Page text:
share|improve this answer
    
Great, this worked! Forgot that we acquired this software from a start-up, and they were located in California! –  Joshua Burns Oct 23 '12 at 19:51

Instead of just cal.add( Calendar.MONTH, frequency );, try this:

cal.add(Calendar.MONTH, frequency);
cal.set(Calendar.DAY_OF_MONTH, cal.getActualMinimum(Calendar.DAY_OF_MONTH));
share|improve this answer
    
That provided more consistent results, however it now shows the 2nd of each month:Current calendar time=Fri Jun 01 00:00:00 EDT 2012 In loop - current calendar time=Sat Jun 02 00:00:00 EDT 2012 In loop - current calendar time=Mon Jul 02 00:00:00 EDT 2012 In loop - current calendar time=Thu Aug 02 00:00:00 EDT 2012 In loop - current calendar time=Sun Sep 02 00:00:00 EDT 2012 In loop - current calendar time=Tue Oct 02 00:00:00 EDT 2012 In loop - current calendar time=Fri Nov 02 00:00:00 EDT 2012 –  Joshua Burns Oct 23 '12 at 19:30
    
At this point, I imagine it'd be something to do with timezones. –  akokskis Oct 23 '12 at 19:37

You are printing the time in the system default time zone. Use formatter to display it.

Set the same time zone for the formatter:

DateFormat formatter = new SimpleDateFormat("dd-MMM-yy");
formatter.setTimeZone(TimeZone.getTimeZone("America/Los_Angeles"));

And use it to display the time:

while (cal.getTime().getTime() < now) { 
    cal.add(Calendar.MONTH, frequency);
    System.out.println("In loop - current calendar time=" + formatter.format(cal.getTime()));
}
share|improve this answer
    
Thanks! I should have realized it was something simple! –  Joshua Burns Oct 23 '12 at 19:51
    
@user1769331: You are welcome. –  Bhesh Gurung Oct 23 '12 at 20:28

From Javadoc Calendar

add(f, delta) adds delta to field f. This is equivalent to calling set(f, get(f) + delta) with two adjustments:

  • Add rule 1. The value of field f after the call minus the value of field f before the call is delta, modulo any overflow that has occurred in field f. Overflow occurs when a field value exceeds its range and, as a result, the next larger field is incremented or decremented and the field value is adjusted back into its range.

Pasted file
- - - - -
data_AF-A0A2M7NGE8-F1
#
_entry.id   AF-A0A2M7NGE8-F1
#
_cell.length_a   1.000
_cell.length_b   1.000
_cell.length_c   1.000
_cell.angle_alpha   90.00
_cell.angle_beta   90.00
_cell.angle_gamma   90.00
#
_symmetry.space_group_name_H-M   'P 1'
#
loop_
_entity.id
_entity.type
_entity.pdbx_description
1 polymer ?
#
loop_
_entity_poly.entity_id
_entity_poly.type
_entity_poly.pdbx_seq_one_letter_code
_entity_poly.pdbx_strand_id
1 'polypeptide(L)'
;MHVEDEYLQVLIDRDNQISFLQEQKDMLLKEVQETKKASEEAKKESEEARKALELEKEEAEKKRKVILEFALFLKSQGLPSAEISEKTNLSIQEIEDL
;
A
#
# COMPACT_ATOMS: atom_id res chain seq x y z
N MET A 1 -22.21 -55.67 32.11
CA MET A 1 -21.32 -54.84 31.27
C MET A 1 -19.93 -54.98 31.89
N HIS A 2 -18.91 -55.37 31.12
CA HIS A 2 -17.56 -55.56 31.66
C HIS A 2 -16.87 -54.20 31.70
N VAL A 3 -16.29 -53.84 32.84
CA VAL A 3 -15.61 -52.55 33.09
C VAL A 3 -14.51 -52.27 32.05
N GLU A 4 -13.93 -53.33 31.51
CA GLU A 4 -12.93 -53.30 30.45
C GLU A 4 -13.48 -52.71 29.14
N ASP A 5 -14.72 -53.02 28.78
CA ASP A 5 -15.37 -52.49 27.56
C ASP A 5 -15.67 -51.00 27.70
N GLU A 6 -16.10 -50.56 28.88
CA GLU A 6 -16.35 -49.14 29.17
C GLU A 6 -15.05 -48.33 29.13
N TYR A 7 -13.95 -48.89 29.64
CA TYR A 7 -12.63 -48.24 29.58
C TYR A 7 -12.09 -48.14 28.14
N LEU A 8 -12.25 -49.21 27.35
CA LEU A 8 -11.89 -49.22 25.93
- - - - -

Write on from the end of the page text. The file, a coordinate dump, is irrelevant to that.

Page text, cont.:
• Add rule 2. If a smaller field is expected to be invariant, but it is impossible for it to be equal to its prior value because of changes in its minimum or maximum after field f is changed or other constraints, such as time zone offset changes, then its value is adjusted to be as close as possible to its expected value. A smaller field represents a smaller unit of time. HOUR is a smaller field than DAY_OF_MONTH. No adjustment is made to smaller fields that are not expected to be invariant. The calendar system determines what fields are expected to be invariant.

In addition, unlike set(), add() forces an immediate recomputation of the calendar's milliseconds and all fields.

Example: Consider a GregorianCalendar originally set to August 31, 1999. Calling add(Calendar.MONTH, 13) sets the calendar to September 30, 2000. Add rule 1 sets the MONTH field to September, since adding 13 months to August gives September of the next year. Since DAY_OF_MONTH cannot be 31 in September in a GregorianCalendar, add rule 2 sets the DAY_OF_MONTH to 30, the closest possible value. Although it is a smaller field, DAY_OF_WEEK is not adjusted by rule 2, since it is expected to change when the month changes in a GregorianCalendar.

So in your case considering the time that you have set if calendar API add month to Jul then it is possible that it is getting overflown more than a month so it is being adjusted back Jul Midnight

share|improve this answer

Your Answer

 
discard

By posting your answer, you agree to the privacy policy and terms of service.

Not the answer you're looking for? Browse other questions tagged or ask your own question.